We've already seen many cases of the innovative push 3D printing is inspiring all over the map. The 3D printing revolution seems to have a knack for quickly moving technology ahead by way of collaborative effort and even a little friendly competition -- all of course in the name of scientific advancement. With such a large spread of applications, there is news of 3D printing's ongoing role in the medical field and in support of space exploration.
A 3D-printed skull made out of polyetherketoneketone was used as an implant to replace 75 percent of an unknown patient's missing skull. (Source: Resources2.news.com)
As 3D printing becomes more widespread, the question of what more the technology can be used to achieve naturally arises. Since 3D printers are already being used to print out globs of stem cells and makeshift, affordable prosthetics, why not print out entire bone replacements? That's exactly what Oxford Performance Materials in Connecticut has accomplished by gaining the FDA's approval to scan and print out the missing 75 percent of a man's skull to be used as an implant. The 3D-printed bone replacement was constructed by first scanning the patient's entire skull.
Once the missing portions were laid out, small texture and surface adjustments were made to the final polyetherketoneketone skull design to promote bone and tissue growth upon the implant's surgical insertion. Ultimately, the company believes that many people can benefit from this technology and that there's no apparent reason why this it be used to repair other damaged areas throughout the human body.
On the space exploration front, a competition set up by the folks at DIYRockets has its eyes set on improving satellite technology by recruiting help from interested competitors worldwide. Oh, and there's prizes, too! The goal of the program is to inspire rapid innovation through the design of a 3D-printed stainless-steel propulsion system that will carry a nano-satellite equipped with all necessary onboard electronics into Low Earth Orbit. Registration for the competition is closed, but you can check out the winners when they are announced in July. Submissions are being judged on technical, business case, and collaborative design criteria to help stimulate well-thought-out competition entries. The winner will receive a $5,000 prize from Sunglass for best rocket engine, with additional $2,500 prizes awarded to the best student-led team and to the best collaborative design effort. For more info on the competition, head on over to the DIYRockets website.
As 3D printing continues to expand its influential spark on rapid technological innovation, we ask ourselves, again... What's next for 3D printing?
Thanks for the additional information, Cabe. The article on Social Network for 3D Printers was very interesting. It would be really cool to see Office Depot down the street offer this service as part of their print center and maybe in a few years they will.
You do not have to be a machinist to work a 3D printer. Though, understanding how the printer work completely will not be avoided. If you need to make a lot of parts, prototypes, etc, then getting one will pay for itself. However, like Greg said, you can always have someone else make one.
Thanks for the great information, Greg - I will definitely look into it. Sounds like it could be a lot of fun. There are so many possibilities...I have a lot of projects in my head that I never thought it would be cost-effective to pursue...this could change my mind!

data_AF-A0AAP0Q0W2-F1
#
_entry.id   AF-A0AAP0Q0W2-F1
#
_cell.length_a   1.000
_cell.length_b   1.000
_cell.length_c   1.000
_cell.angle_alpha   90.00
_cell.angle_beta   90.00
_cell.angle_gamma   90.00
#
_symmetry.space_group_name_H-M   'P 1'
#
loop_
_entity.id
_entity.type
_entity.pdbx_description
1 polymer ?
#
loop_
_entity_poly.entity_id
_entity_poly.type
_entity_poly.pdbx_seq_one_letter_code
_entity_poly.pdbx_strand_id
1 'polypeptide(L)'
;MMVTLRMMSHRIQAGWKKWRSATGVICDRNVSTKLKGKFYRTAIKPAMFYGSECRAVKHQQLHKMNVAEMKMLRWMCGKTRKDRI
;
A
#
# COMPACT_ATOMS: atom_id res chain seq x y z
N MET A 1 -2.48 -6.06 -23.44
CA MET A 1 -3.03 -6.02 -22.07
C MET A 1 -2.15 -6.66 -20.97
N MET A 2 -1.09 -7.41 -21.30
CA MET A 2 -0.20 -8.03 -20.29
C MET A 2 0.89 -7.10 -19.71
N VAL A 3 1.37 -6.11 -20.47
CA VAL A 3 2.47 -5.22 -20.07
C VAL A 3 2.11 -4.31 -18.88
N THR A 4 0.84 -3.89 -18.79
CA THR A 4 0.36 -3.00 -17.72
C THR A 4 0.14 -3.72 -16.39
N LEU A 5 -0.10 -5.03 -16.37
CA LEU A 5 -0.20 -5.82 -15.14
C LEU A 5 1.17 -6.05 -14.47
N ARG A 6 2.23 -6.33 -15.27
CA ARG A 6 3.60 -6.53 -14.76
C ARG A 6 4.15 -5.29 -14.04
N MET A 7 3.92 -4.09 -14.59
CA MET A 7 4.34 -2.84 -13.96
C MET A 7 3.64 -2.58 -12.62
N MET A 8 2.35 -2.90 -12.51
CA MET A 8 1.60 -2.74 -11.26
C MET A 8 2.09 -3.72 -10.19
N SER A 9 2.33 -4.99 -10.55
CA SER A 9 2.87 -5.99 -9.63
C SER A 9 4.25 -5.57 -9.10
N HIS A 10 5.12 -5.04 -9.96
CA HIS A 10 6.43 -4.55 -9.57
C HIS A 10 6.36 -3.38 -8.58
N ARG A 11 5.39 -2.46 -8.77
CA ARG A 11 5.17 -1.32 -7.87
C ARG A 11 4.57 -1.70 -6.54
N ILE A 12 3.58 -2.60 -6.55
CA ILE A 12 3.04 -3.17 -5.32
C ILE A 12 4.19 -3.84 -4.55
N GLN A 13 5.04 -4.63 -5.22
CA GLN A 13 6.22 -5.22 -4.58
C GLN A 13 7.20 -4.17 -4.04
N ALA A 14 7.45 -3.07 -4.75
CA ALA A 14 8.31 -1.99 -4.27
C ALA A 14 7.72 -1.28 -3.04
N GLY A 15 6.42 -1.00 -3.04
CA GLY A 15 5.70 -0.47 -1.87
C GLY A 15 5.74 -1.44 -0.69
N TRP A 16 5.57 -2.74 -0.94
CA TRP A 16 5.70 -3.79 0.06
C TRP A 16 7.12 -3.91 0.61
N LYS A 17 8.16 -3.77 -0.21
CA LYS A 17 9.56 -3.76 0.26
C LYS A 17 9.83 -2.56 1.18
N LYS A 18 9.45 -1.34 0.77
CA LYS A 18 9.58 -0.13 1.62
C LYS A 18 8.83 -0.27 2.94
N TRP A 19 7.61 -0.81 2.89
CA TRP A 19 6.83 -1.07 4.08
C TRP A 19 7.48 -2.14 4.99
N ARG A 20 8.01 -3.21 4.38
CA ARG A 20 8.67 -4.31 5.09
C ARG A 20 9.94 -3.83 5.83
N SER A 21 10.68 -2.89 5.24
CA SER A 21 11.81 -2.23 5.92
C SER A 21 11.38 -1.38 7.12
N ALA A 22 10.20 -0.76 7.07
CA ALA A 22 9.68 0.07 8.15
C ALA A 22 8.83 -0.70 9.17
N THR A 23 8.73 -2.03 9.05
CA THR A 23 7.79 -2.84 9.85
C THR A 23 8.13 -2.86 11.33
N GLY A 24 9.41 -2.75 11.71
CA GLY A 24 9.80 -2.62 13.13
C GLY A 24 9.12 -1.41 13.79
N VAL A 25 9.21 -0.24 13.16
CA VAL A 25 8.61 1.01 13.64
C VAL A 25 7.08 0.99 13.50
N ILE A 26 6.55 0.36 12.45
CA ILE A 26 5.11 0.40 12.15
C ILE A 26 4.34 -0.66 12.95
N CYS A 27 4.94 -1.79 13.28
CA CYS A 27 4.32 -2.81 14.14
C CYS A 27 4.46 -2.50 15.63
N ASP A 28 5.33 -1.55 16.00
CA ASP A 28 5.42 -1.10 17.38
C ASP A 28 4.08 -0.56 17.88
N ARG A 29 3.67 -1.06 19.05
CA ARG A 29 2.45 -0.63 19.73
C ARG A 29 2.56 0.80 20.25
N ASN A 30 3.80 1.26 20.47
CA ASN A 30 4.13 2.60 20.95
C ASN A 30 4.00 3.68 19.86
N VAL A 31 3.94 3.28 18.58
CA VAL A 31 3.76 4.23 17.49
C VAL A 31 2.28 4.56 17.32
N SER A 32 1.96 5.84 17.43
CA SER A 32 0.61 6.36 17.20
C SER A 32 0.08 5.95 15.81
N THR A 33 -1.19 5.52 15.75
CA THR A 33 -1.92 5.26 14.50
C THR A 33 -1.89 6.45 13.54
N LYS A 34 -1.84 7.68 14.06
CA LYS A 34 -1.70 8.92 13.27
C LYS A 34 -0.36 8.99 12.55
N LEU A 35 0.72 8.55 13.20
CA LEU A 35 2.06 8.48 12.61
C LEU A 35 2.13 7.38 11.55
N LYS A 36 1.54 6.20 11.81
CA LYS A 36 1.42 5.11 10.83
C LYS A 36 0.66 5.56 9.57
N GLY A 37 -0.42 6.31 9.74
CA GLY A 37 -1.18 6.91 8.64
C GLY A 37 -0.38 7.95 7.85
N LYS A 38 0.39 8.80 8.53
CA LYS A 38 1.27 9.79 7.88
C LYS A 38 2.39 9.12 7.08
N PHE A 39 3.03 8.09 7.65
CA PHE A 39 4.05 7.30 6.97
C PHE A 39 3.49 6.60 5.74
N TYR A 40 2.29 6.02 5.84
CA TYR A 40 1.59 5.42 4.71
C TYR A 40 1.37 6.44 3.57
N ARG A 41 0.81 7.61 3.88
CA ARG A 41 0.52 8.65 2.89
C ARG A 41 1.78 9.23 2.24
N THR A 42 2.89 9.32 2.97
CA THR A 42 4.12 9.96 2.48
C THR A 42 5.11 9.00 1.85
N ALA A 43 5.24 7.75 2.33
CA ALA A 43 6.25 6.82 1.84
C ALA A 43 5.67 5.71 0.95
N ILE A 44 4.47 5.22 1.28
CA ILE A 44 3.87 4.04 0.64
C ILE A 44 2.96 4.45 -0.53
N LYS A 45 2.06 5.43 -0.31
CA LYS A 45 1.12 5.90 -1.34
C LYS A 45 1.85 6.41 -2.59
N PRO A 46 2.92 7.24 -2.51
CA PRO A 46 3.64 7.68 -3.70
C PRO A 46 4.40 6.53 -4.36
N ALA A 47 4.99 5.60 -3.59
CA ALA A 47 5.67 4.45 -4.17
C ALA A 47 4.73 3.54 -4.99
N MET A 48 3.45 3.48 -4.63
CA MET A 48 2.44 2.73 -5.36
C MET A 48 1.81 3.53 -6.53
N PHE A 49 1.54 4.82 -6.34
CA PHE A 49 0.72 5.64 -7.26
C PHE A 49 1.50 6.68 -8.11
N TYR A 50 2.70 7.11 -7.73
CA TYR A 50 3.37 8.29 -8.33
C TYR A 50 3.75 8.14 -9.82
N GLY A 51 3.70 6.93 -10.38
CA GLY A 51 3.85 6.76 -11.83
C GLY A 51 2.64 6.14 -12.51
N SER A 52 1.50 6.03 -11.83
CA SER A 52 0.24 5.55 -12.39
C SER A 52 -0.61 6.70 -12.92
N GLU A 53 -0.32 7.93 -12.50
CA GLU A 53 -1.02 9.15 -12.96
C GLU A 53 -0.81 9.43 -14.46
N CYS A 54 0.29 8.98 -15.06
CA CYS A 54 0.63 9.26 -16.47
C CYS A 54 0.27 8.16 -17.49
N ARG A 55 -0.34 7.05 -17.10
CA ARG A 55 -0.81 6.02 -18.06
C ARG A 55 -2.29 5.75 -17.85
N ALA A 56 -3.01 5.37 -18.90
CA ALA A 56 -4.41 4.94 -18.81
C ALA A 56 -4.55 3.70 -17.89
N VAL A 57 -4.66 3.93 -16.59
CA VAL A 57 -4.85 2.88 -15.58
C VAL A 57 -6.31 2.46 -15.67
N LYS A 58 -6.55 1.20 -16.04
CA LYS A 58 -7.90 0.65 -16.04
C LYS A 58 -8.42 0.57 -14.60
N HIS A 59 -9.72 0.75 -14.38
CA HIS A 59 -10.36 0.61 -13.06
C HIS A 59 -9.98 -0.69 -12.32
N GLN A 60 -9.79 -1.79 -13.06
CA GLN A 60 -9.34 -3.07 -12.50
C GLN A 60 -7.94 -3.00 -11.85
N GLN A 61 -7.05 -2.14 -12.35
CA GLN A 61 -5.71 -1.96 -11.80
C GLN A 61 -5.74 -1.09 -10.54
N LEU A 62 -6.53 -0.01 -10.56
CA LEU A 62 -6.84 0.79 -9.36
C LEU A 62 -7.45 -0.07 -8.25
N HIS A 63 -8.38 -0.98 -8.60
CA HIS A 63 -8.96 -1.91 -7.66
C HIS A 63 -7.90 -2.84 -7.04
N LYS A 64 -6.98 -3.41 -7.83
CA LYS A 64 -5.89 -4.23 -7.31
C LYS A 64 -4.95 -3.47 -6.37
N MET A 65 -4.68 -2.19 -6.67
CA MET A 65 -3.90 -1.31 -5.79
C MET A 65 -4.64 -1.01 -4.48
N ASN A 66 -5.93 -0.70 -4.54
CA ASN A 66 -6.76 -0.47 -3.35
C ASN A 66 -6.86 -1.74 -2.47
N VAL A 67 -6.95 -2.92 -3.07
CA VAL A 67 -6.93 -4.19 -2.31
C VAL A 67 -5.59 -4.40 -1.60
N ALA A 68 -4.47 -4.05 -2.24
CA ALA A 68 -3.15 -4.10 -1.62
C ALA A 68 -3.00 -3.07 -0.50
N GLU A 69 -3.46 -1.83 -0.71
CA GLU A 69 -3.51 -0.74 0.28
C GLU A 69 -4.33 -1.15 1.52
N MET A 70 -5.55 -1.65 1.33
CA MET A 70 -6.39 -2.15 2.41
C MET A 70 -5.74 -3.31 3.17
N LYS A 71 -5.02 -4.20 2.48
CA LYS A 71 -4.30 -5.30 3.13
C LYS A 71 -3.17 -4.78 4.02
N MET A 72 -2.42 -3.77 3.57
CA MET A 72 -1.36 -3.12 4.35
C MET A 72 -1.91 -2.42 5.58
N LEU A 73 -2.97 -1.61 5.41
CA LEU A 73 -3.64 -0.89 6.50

Nancy, I think you will be pleasantly surprised at how affordable and easy to use 3rd party 3D printering services are today. One of these services, www.redeyeondemand.com allows you to just upload your .STL file to their website and automatically generates a quote on the spot. After purchasing with a credit card, it starts the printing job and a few days later, you receive the part in the mail. Efficient (and even fun) to use.
I'd heard of 3D printed partial skull plates, but none this large. Thanks for covering this, Cabe. Here's an entire, artistic 3D printed skull : http://www.ahalife.com/product/1946/3d-printed-filigree-skull/
Many companies now, including mine, have a 3D printer on site. An engineer or a designer will typically send their designs to the machine in the morning and have the parts in the afternoon (or maybe the next day if it is a large/complicated part). This really accelerates development and test cycles from weeks to even days or hours and is a very effective development tool.
The price of 3D printers has been lowered dramatically, so these systems can be within financial reach now. When selecting a 3D printer, it is also important to choose one that has simple operation (so that everyone in the department can run the machine, rather than having a specialized technician only).
Thanks for your observation, Greg. The company I worked for typically lagged 3-7 years behind current technology so we did a lot of making do with what we had. I can see that if we could prove the cost-effectiveness of 3D printing and the increased speed to market that we possibly could have sold the idea of investing in one to management - especially since we had a full department dedicated to CAD.
For industrial control applications, or even a simple assembly line, that machine can go almost 24/7 without a break. But what happens when the task is a little more complex? That’s where the “smart” machine would come in. The smart machine is one that has some simple (or complex in some cases) processing capability to be able to adapt to changing conditions. Such machines are suited for a host of applications, including automotive, aerospace, defense, medical, computers and electronics, telecommunications, consumer goods, and so on. This discussion will examine what’s possible with smart machines, and what tradeoffs need to be made to implement such a solution.